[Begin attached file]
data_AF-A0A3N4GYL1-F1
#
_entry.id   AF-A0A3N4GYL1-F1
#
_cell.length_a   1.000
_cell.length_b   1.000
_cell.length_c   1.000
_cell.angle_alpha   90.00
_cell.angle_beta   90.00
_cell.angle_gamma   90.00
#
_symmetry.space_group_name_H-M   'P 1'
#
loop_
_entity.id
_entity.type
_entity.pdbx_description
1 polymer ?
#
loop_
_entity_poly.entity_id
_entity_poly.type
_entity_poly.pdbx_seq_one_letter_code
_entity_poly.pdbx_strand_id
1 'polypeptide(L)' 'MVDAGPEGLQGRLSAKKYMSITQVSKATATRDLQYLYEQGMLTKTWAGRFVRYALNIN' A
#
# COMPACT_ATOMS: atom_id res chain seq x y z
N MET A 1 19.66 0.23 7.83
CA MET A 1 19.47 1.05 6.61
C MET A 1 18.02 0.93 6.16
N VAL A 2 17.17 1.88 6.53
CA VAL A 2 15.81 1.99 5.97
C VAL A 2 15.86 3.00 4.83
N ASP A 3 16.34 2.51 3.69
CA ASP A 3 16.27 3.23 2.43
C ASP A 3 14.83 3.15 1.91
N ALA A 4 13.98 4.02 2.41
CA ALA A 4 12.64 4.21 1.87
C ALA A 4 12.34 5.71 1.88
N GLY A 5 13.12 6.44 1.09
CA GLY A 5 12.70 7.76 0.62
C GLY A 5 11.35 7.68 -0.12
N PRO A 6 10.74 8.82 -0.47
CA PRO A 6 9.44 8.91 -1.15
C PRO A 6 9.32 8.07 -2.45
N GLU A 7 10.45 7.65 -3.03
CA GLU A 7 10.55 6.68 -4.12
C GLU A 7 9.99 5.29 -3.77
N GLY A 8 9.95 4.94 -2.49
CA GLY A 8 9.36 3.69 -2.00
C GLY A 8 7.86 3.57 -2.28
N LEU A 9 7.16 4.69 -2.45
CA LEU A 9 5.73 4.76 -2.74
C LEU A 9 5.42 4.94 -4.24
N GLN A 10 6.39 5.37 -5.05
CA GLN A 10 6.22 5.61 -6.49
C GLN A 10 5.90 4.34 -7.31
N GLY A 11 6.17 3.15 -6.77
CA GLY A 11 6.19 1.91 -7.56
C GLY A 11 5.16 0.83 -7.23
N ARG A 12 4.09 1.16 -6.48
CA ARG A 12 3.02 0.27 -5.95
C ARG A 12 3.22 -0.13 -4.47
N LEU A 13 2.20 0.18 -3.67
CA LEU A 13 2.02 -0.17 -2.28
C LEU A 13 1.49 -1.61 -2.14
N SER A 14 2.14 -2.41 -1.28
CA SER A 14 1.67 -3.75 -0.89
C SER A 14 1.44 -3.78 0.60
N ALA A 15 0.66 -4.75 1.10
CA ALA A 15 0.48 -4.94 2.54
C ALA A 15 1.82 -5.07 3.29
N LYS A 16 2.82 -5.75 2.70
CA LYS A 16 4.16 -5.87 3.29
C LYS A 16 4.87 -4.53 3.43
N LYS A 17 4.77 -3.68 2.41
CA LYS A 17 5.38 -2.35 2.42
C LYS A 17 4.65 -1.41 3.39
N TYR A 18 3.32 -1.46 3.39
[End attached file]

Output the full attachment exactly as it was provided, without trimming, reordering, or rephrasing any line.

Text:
data_AF-A0A3N4GYL1-F1
#
_entry.id   AF-A0A3N4GYL1-F1
#
_cell.length_a   1.000
_cell.length_b   1.000
_cell.length_c   1.000
_cell.angle_alpha   90.00
_cell.angle_beta   90.00
_cell.angle_gamma   90.00
#
_symmetry.space_group_name_H-M   'P 1'
#
loop_
_entity.id
_entity.type
_entity.pdbx_description
1 polymer ?
#
loop_
_entity_poly.entity_id
_entity_poly.type
_entity_poly.pdbx_seq_one_letter_code
_entity_poly.pdbx_strand_id
1 'polypeptide(L)' 'MVDAGPEGLQGRLSAKKYMSITQVSKATATRDLQYLYEQGMLTKTWAGRFVRYALNIN' A
#
# COMPACT_ATOMS: atom_id res chain seq x y z
N MET A 1 19.66 0.23 7.83
CA MET A 1 19.47 1.05 6.61
C MET A 1 18.02 0.93 6.16
N VAL A 2 17.17 1.88 6.53
CA VAL A 2 15.81 1.99 5.97
C VAL A 2 15.86 3.00 4.83
N ASP A 3 16.34 2.51 3.69
CA ASP A 3 16.27 3.23 2.43
C ASP A 3 14.83 3.15 1.91
N ALA A 4 13.98 4.02 2.41
CA ALA A 4 12.64 4.21 1.87
C ALA A 4 12.34 5.71 1.88
N GLY A 5 13.12 6.44 1.09
CA GLY A 5 12.70 7.76 0.62
C GLY A 5 11.35 7.68 -0.12
N PRO A 6 10.74 8.82 -0.47
CA PRO A 6 9.44 8.91 -1.15
C PRO A 6 9.32 8.07 -2.45
N GLU A 7 10.45 7.65 -3.03
CA GLU A 7 10.55 6.68 -4.12
C GLU A 7 9.99 5.29 -3.77
N GLY A 8 9.95 4.94 -2.49
CA GLY A 8 9.36 3.69 -2.00
C GLY A 8 7.86 3.57 -2.28
N LEU A 9 7.16 4.69 -2.45
CA LEU A 9 5.73 4.76 -2.74
C LEU A 9 5.42 4.94 -4.24
N GLN A 10 6.39 5.37 -5.05
CA GLN A 10 6.22 5.61 -6.49
C GLN A 10 5.90 4.34 -7.31
N GLY A 11 6.17 3.15 -6.77
CA GLY A 11 6.19 1.91 -7.56
C GLY A 11 5.16 0.83 -7.23
N ARG A 12 4.09 1.16 -6.48
CA ARG A 12 3.02 0.27 -5.95
C ARG A 12 3.22 -0.13 -4.47
N LEU A 13 2.20 0.18 -3.67
CA LEU A 13 2.02 -0.17 -2.28
C LEU A 13 1.49 -1.61 -2.14
N SER A 14 2.14 -2.41 -1.28
CA SER A 14 1.67 -3.75 -0.89
C SER A 14 1.44 -3.78 0.60
N ALA A 15 0.66 -4.75 1.10
CA ALA A 15 0.48 -4.94 2.54
C ALA A 15 1.82 -5.07 3.29
N LYS A 16 2.82 -5.75 2.70
CA LYS A 16 4.16 -5.87 3.29
C LYS A 16 4.87 -4.53 3.43
N LYS A 17 4.77 -3.68 2.41
CA LYS A 17 5.38 -2.35 2.42
C LYS A 17 4.65 -1.41 3.39
N TYR A 18 3.32 -1.46 3.39